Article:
Neural crest as the source of adult stem cells

Chris Pierret, Kathleen Spears, Joel A. Maruniak, Mark D. Kirk

Research output: Contribution to journalArticlepeer-review

33 Scopus citations


Recent studies suggest that adult stem cells can cross germ layer boundaries. For example, bone marrow-derived stem cells appear to differentiate into neurons and glial cells, as well as other types of cells. How can stem cells from bone marrow, pancreas, skin, or fat become neurons and glia; in other words, what molecular and cellular events direct mesodermal cells to a neural fate? Transdifferentiation, dediffereniation, and fusion of donor adult stem cells with fully differentiated host cells have been proposed to explain the plasticity of adult stem cells. Here we review the origin of select adult stem cell populations and propose a unifying hypothesis to explain adult stem cell plasticity. In addition, we outline specific experiments to test our hypothesis. We propose that peripheral, tissue-derived, or adult stem cells are all progeny of the neural crest.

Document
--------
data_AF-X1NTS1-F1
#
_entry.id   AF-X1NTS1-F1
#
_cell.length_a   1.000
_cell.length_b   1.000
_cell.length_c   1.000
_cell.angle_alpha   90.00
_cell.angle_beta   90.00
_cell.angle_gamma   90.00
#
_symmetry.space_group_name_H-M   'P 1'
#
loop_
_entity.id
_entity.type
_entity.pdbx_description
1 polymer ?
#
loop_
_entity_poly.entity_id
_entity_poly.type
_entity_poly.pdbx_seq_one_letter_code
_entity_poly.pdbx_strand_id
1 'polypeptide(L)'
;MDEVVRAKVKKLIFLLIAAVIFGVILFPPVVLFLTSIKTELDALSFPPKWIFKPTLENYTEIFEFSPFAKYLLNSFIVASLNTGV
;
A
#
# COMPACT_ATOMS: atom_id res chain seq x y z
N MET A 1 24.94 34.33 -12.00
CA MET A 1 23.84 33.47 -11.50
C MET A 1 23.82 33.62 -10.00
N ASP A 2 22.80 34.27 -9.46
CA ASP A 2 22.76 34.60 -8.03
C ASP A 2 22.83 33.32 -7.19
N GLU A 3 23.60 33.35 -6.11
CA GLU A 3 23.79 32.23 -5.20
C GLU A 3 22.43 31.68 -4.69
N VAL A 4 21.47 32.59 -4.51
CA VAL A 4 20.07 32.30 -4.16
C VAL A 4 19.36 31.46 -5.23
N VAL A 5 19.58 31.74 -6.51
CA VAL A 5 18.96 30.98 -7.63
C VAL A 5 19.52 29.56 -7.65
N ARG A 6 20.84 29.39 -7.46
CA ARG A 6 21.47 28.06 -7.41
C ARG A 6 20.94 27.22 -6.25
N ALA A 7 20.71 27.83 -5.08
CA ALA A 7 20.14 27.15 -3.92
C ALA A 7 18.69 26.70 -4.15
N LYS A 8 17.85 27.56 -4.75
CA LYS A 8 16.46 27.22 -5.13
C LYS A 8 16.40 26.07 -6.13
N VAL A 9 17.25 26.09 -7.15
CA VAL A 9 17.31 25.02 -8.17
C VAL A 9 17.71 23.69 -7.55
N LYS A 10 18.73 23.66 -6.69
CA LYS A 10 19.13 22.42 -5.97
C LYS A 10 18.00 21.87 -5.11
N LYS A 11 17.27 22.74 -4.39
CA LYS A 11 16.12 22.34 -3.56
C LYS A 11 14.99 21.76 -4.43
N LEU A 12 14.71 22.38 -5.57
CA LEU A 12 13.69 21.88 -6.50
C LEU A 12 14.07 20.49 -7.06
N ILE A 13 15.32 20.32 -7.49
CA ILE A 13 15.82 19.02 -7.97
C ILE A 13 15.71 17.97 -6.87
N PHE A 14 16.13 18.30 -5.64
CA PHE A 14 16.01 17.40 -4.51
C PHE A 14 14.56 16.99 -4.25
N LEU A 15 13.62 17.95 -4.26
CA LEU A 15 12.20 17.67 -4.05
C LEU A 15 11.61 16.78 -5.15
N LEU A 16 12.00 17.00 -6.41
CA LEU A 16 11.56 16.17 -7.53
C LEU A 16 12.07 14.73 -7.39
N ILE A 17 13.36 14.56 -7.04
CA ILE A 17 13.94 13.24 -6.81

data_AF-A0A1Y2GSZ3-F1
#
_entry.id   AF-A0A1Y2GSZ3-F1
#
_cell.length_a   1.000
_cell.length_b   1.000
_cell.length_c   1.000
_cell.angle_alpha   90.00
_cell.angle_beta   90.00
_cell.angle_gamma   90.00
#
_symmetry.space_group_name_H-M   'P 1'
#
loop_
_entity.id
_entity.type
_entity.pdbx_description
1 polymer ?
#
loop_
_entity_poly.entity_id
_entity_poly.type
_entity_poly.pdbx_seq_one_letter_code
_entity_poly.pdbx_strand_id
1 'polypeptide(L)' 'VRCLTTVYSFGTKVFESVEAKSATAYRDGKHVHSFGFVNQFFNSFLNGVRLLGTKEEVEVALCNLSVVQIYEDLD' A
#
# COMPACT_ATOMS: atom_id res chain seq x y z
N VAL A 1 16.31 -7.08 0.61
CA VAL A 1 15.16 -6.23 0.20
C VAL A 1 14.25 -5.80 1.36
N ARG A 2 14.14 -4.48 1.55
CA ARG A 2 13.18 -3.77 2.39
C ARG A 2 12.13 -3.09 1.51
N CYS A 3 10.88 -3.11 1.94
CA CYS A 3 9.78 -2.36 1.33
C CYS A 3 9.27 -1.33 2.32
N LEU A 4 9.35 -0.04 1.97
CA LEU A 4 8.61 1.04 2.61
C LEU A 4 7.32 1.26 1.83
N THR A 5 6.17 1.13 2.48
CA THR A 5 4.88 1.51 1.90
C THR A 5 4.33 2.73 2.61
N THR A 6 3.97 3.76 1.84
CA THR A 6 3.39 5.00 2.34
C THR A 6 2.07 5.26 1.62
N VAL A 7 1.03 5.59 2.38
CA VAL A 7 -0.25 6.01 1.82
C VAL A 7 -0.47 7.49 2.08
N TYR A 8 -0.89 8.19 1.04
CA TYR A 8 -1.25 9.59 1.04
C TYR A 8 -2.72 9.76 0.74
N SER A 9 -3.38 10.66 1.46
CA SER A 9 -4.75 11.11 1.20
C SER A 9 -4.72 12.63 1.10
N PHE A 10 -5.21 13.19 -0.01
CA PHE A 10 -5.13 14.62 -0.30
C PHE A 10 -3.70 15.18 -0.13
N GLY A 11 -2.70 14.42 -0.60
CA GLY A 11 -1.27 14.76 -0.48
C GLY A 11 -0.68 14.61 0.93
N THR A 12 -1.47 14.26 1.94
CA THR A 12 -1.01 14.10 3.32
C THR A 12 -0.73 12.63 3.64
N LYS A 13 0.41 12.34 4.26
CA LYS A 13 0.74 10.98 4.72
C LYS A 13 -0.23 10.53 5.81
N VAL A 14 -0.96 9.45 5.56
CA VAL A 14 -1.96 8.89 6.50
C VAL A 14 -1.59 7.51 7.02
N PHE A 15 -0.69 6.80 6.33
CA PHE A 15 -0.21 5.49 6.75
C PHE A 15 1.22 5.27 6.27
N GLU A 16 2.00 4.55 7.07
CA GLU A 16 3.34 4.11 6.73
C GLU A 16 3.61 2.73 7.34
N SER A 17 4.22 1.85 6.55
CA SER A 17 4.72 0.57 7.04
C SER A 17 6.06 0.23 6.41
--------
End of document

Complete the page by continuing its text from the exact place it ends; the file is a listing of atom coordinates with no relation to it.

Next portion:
Original languageEnglish (US)
Pages (from-to)286-291
Number of pages6
JournalStem Cells and Development
Issue number2
StatePublished - Apr 2006

ASJC Scopus subject areas

  • Hematology
  • Developmental Biology
  • Cell Biology


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